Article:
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8 February 2018, 17:12 | Updated: 8 February 2018, 18:13
The Scottish Football Association has been thrown into fresh uncertainty after interim chief executive Andrew McKinlay resigned.
McKinlay handed in his notice on Thursday morning in order to take up a similar role with Scottish Golf, just seven days after stepping up following Stewart Regan's sudden departure.
The development leaves the SFA looking for a chief operating officer, chief executive and Scotland management team all at the same time.
Scottish Golf announced McKinlay would take up his post as chief executive in May. The golf governing body began its recruitment campaign in October.
Regan was on a four-man recruitment panel which was leading the search for a new Scotland boss, but McKinlay did not replace him on that committee. Board members Alan MacRae, Rod Petrie and Ian Maxwell have stepped up the process since Regan's resignation, earmarking Walter Smith among their list of candidates.
The announcement of the new departure comes 119 days after the SFA brought Gordon Strachan's reign as Scotland boss to an end. The first choice as Strachan's successor, Michael O'Neill, rejected the opportunity to take charge on January 22.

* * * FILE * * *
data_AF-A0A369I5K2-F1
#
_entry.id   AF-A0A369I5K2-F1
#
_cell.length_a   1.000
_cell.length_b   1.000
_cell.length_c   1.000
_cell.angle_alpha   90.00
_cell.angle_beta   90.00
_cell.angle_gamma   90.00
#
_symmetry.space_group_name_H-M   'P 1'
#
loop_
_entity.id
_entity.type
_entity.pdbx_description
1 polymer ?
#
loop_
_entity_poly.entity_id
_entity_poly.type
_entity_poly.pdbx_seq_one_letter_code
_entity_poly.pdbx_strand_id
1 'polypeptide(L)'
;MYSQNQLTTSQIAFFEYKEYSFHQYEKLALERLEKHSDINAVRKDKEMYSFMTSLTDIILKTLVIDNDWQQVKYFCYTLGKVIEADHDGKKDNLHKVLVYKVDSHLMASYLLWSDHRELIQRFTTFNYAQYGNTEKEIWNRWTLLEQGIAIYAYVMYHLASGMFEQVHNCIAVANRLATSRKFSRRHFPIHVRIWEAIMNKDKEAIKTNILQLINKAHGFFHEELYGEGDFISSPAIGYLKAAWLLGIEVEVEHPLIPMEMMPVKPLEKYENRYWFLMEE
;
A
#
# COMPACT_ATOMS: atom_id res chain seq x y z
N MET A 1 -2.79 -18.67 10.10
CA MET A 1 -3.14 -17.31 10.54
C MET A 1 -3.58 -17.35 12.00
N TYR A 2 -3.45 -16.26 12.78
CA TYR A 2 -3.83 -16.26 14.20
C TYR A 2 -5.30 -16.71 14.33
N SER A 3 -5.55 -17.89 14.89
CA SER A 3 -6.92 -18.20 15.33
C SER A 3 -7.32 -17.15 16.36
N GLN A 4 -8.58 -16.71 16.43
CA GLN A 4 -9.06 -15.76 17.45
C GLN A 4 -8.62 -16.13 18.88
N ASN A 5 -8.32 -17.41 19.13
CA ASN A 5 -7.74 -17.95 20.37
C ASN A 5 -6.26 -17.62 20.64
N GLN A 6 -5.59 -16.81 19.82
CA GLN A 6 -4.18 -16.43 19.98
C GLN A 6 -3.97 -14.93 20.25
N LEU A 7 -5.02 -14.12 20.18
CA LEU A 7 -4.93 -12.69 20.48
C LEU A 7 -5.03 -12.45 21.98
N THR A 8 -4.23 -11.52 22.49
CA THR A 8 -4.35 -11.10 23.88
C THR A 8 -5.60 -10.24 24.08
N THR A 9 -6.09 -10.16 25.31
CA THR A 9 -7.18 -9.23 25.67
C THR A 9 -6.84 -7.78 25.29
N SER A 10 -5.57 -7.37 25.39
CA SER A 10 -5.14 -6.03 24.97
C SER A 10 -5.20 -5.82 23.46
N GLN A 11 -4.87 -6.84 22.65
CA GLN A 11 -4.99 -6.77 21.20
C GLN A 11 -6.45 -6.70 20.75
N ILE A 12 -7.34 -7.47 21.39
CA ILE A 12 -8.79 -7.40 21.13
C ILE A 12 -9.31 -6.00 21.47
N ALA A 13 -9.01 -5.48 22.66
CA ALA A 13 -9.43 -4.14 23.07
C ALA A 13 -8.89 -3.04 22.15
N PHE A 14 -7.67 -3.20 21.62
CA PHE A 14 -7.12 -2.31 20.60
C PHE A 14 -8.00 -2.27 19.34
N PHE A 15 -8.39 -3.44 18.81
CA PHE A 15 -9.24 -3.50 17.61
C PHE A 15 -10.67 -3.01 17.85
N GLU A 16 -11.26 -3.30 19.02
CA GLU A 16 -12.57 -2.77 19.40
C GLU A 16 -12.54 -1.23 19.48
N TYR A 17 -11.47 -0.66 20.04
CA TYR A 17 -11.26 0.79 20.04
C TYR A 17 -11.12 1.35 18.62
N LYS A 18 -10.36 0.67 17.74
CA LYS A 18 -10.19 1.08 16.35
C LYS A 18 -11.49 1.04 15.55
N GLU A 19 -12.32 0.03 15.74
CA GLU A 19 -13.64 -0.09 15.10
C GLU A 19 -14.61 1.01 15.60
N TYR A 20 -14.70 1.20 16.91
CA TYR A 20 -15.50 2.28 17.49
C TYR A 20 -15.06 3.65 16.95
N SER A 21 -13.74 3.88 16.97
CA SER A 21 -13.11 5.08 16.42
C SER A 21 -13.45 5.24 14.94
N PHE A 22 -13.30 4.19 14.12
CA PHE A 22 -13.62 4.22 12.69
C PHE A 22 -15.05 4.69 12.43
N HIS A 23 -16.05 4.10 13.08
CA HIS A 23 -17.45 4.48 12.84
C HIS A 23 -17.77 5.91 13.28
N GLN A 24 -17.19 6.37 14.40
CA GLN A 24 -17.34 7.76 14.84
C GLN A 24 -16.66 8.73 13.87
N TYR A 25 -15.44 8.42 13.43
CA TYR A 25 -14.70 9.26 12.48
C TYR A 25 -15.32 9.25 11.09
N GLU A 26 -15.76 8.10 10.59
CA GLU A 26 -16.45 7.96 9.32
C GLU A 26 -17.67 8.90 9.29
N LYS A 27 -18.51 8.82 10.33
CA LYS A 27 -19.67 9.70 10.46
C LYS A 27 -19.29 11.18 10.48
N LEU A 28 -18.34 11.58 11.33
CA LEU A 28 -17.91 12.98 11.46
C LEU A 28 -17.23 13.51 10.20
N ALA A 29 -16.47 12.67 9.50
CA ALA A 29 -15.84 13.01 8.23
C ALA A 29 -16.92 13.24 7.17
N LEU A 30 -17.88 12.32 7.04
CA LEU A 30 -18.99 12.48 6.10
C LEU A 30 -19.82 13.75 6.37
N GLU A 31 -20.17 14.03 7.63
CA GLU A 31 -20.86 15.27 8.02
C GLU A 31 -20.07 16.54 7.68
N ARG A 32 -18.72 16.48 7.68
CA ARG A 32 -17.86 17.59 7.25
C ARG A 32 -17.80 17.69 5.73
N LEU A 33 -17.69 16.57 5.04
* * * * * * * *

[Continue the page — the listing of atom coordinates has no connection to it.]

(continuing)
McKinlay will remain with the SFA until early May but his resignation gives the SFA board another headache as most of the likely candidates for Regan's successor are liable to have three-month notice periods.
In a Scottish Golf statement, McKinlay said: "I look forward to the hugely exciting challenge of leading Scottish Golf towards a prosperous future as the governing body for the largest registered participation sport in Scotland.
"As a keen golfer, I know the many benefits of playing golf regardless of age, gender or ability.
"I realise a lot of hard work has been undertaken already to increase participation and accessibility to golf and, having attended December's Future of Golf conference in Edinburgh, I believe the passion and collective will throughout the membership gives us a terrific foundation on which to build a bright future for our game."
Eleanor Cannon, chair of Scottish Golf, revealed she and her fellow board members had been impressed by McKinlay's role in overseeing Scottish football's equality and diversity strategy at all levels of the game as they seek to boost female participation in their sport.